The Great Dane’s large and imposing appearance belies its friendly nature. The breed is often referred to as a “gentle giant”. Great Danes are generally well disposed toward other dogs, other non-canine pets, and familiar humans. They generally do not exhibit extreme aggressiveness or a high prey drive. The Great Dane is a very gentle and loving animal and with the proper care and training is great around children, especially when being raised with them. However, if not properly socialized a Great Dane may become fearful or aggressive towards new stimuli, such as strangers and new environments.
Great Danes are a breed recommended for families provided that they get trained early and onwards, regarded by animal experts due to their preference for sitting on and leaning against owners as ‘the world’s biggest ‘lapdog.’
Great Danes, like most dogs, require daily walks to maintain their health. However, it is important not to over-exercise this breed, particularly when young. Great Dane puppies grow very large, very fast, which puts them at risk of joint and bone problems. Because of a puppy’s natural energy, Dane owners often take steps to minimize activity while the dog is still growing.
Given their large size, Great Danes continue to grow (mostly gaining weight) longer than most dogs. Even at one year of age, a Great Dane will continue to grow for several more months
Great Danes, like most giant dogs, have a fairly slow metabolism. This results in less energy and less food consumption per pound of the dog than in small breeds. Great Danes have some health problems that are common to large breeds, including bloat (gastric dilatation volvulus (GDV)). The average life span of Great Danes is 6 to 8 years. Like many larger breeds, Great Danes are at particular risk for hip dysplasia.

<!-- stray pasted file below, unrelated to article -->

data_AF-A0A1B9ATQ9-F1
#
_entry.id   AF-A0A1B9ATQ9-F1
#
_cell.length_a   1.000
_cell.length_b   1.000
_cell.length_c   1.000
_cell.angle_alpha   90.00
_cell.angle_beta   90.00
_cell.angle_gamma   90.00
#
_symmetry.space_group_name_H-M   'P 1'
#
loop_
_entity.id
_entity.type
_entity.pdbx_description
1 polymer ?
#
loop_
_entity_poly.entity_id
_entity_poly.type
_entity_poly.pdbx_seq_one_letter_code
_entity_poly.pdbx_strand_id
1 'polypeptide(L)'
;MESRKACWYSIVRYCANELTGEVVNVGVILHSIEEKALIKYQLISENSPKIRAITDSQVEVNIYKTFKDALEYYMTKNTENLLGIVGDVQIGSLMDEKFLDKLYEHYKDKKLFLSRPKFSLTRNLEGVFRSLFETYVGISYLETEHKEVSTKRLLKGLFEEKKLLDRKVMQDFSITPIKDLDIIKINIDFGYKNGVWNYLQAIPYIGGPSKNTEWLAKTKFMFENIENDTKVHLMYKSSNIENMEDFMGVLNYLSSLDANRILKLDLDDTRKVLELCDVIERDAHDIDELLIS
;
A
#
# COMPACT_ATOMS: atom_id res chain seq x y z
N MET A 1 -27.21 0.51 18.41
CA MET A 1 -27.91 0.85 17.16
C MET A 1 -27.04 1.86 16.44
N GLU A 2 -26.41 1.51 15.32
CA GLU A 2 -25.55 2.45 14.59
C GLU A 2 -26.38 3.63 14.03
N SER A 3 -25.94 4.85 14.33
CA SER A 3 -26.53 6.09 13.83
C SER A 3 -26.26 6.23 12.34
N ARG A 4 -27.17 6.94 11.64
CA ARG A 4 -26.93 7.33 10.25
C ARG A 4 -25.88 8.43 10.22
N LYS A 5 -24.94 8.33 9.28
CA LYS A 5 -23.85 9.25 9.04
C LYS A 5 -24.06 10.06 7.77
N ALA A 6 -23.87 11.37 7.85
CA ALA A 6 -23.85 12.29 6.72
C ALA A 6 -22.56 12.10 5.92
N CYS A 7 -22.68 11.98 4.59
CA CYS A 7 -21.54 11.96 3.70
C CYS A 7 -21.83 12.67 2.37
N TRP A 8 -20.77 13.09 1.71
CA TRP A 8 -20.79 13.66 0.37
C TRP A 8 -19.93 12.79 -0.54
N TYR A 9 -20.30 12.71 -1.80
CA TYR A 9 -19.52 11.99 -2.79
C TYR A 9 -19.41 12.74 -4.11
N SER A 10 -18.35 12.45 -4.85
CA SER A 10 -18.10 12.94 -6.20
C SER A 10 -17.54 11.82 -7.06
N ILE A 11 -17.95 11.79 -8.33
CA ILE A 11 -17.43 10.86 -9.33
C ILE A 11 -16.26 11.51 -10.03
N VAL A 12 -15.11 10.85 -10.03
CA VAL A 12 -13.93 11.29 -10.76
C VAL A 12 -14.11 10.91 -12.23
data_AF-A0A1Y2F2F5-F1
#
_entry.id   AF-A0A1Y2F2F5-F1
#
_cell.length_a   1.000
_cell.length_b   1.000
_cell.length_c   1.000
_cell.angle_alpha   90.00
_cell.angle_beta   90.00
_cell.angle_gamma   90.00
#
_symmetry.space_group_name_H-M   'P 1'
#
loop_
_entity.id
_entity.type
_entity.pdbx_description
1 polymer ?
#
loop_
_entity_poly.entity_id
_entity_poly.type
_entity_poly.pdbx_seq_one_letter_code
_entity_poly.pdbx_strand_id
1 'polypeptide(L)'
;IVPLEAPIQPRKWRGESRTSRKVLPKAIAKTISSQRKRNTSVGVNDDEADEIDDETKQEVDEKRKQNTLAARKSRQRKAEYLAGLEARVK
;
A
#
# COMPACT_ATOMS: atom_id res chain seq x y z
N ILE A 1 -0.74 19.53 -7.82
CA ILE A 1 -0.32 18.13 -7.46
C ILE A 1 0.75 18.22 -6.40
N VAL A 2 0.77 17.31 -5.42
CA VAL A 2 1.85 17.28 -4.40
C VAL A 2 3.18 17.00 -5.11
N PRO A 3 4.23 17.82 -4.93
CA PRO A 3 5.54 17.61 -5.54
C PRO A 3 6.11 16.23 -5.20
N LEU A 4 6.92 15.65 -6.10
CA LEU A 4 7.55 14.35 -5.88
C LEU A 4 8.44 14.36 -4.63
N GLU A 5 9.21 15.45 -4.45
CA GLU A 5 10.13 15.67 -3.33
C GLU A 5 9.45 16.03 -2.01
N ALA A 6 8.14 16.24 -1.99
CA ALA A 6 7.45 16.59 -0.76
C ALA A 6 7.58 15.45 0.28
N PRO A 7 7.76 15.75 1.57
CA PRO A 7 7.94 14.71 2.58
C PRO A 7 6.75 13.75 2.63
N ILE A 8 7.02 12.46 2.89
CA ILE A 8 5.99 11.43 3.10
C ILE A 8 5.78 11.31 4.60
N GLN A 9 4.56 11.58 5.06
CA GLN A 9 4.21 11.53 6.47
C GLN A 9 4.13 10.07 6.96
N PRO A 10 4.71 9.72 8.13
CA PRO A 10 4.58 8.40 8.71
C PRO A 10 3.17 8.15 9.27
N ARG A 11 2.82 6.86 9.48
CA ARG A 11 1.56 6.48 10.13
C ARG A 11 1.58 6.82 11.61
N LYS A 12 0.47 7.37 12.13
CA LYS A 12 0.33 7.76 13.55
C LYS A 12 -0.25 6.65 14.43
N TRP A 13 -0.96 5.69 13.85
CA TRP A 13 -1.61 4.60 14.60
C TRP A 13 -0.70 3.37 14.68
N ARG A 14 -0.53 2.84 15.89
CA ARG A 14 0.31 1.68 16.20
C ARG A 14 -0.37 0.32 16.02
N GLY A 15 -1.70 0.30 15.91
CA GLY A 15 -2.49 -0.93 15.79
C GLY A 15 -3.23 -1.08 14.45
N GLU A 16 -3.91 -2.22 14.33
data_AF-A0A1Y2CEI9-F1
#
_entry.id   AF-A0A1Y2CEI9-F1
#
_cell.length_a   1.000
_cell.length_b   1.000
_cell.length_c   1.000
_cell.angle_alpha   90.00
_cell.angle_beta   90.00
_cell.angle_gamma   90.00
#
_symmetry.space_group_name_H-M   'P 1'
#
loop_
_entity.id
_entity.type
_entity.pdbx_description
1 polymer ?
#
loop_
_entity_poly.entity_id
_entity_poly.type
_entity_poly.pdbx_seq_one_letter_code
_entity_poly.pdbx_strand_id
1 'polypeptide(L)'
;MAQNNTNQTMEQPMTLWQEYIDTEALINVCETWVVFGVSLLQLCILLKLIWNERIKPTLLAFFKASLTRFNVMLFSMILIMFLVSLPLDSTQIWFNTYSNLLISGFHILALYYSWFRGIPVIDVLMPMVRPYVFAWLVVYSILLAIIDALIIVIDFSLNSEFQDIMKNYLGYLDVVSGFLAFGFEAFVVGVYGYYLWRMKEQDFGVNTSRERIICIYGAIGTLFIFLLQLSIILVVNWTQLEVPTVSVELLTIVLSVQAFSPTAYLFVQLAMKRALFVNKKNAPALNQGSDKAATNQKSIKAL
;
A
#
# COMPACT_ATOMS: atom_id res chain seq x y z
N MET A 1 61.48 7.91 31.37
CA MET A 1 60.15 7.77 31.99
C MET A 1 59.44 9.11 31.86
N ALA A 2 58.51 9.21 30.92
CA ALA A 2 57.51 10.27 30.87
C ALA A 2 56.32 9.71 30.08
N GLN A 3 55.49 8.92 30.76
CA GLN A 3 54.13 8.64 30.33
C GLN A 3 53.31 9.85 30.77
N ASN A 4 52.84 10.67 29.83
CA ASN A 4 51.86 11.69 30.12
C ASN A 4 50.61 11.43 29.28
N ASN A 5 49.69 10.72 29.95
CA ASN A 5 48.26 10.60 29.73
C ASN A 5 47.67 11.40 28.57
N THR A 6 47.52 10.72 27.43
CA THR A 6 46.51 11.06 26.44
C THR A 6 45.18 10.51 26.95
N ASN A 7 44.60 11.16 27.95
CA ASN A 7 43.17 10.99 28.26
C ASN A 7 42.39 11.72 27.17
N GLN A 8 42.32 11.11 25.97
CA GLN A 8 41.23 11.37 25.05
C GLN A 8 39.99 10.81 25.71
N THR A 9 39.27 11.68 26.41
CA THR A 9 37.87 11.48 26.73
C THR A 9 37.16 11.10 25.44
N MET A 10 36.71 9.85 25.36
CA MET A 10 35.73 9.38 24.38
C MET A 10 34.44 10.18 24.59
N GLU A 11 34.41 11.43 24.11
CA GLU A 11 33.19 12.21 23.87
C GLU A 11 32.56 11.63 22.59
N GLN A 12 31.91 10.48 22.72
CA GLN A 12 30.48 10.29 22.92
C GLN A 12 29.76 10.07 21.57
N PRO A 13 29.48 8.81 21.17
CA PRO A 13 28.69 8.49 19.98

Dilated cardiomyopathy (DCM) and many congenital heart diseases are also commonly found in the Great Dane, leading to its nickname: the Heartbreak breed, in conjunction with its shorter lifespan. Great Danes also may carry the merle gene, which is part of the genetic makeup that creates the harlequin coloring. The merle gene is an incomplete dominant, meaning only one copy of the gene is needed to show the merle coloring; two merle genes produce excessive white markings and many health issues such as deafness, blindness, or other debilitating ocular issues.
Data / Dimensions
- Males: 120–200 lb (54–91 kg)
- Females: 100–130 lb (45–59 kg)
- Males: 30–34 in (76–86 cm)
- Females: 28–32 in (71–81 cm)
- Life span: 6–8 years
Great Dane – interesting facts
- Dogs resembling the Great Danes were found in Egypt in 3000 BC.
- Every year the highest dog is elected. Previous record holders, including Gibson (107 cm), Titan (107,3 cm) and George (110 cm) left behind, because the winner – Zeus – measures 112 cm height at the shoulders.
- Scooby-Doo, the famous Hanna-Barbera character, was based on a Great Dane by animation designer Iwao Takamoto. Takamoto based his illustrations on sketches given to him by a Hanna-Barbera employee who bred this dog. Scooby closely resembles a Great Dane, although his tail is longer than the breed’s, bearing a closer resemblance to a cat’s tail.
- Culturing the harlequin variety, merle and white dog (associating them with each other), is a controversial practice to the extent that, for example in Germany was prohibited under the laws of animal protection, because litters of extraordinary parents were owners of a double merle gene, often causing deafness and blindness in newborn puppies.